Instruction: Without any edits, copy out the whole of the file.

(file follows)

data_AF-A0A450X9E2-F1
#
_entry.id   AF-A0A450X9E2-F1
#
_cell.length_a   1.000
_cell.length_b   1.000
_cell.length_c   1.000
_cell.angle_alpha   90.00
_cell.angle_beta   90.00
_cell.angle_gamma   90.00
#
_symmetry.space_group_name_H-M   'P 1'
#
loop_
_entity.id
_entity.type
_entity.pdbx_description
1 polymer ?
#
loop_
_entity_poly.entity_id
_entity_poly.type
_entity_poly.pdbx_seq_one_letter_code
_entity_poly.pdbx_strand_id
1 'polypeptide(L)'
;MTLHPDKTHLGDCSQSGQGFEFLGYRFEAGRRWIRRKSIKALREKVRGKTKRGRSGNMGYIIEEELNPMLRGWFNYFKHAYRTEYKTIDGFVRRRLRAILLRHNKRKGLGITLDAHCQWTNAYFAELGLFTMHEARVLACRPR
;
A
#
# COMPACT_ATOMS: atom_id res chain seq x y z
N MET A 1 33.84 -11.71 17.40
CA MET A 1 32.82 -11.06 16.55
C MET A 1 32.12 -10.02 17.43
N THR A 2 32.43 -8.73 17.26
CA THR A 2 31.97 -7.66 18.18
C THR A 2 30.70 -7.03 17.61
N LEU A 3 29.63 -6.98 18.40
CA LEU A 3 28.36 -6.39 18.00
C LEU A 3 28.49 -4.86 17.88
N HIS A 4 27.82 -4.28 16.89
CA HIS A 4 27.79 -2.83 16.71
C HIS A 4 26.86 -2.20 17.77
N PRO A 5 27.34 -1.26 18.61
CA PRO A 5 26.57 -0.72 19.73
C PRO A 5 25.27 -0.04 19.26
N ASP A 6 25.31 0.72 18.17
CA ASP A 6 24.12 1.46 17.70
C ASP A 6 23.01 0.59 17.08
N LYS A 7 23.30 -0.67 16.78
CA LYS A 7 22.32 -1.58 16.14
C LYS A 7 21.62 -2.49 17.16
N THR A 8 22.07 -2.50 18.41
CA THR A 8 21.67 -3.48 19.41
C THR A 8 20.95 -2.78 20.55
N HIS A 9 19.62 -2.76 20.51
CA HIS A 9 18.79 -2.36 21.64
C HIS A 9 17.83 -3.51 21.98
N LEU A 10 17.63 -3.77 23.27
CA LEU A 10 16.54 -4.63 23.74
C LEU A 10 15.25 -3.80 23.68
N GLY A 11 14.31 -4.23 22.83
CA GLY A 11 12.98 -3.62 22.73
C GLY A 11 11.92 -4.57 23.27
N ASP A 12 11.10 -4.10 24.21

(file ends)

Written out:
data_AF-A0A450X9E2-F1
#
_entry.id   AF-A0A450X9E2-F1
#
_cell.length_a   1.000
_cell.length_b   1.000
_cell.length_c   1.000
_cell.angle_alpha   90.00
_cell.angle_beta   90.00
_cell.angle_gamma   90.00
#
_symmetry.space_group_name_H-M   'P 1'
#
loop_
_entity.id
_entity.type
_entity.pdbx_description
1 polymer ?
#
loop_
_entity_poly.entity_id
_entity_poly.type
_entity_poly.pdbx_seq_one_letter_code
_entity_poly.pdbx_strand_id
1 'polypeptide(L)'
;MTLHPDKTHLGDCSQSGQGFEFLGYRFEAGRRWIRRKSIKALREKVRGKTKRGRSGNMGYIIEEELNPMLRGWFNYFKHAYRTEYKTIDGFVRRRLRAILLRHNKRKGLGITLDAHCQWTNAYFAELGLFTMHEARVLACRPR
;
A
#
# COMPACT_ATOMS: atom_id res chain seq x y z
N MET A 1 33.84 -11.71 17.40
CA MET A 1 32.82 -11.06 16.55
C MET A 1 32.12 -10.02 17.43
N THR A 2 32.43 -8.73 17.26
CA THR A 2 31.97 -7.66 18.18
C THR A 2 30.70 -7.03 17.61
N LEU A 3 29.63 -6.98 18.40
CA LEU A 3 28.36 -6.39 18.00
C LEU A 3 28.49 -4.86 17.88
N HIS A 4 27.82 -4.28 16.89
CA HIS A 4 27.79 -2.83 16.71
C HIS A 4 26.86 -2.20 17.77
N PRO A 5 27.34 -1.26 18.61
CA PRO A 5 26.57 -0.72 19.73
C PRO A 5 25.27 -0.04 19.26
N ASP A 6 25.31 0.72 18.17
CA ASP A 6 24.12 1.46 17.70
C ASP A 6 23.01 0.59 17.08
N LYS A 7 23.30 -0.67 16.78
CA LYS A 7 22.32 -1.58 16.14
C LYS A 7 21.62 -2.49 17.16
N THR A 8 22.07 -2.50 18.41
CA THR A 8 21.67 -3.48 19.41
C THR A 8 20.95 -2.78 20.55
N HIS A 9 19.62 -2.76 20.51
CA HIS A 9 18.79 -2.36 21.64
C HIS A 9 17.83 -3.51 21.98
N LEU A 10 17.63 -3.77 23.27
CA LEU A 10 16.54 -4.63 23.74
C LEU A 10 15.25 -3.80 23.68
N GLY A 11 14.31 -4.23 22.83
CA GLY A 11 12.98 -3.62 22.73
C GLY A 11 11.92 -4.57 23.27
N ASP A 12 11.10 -4.10 24.21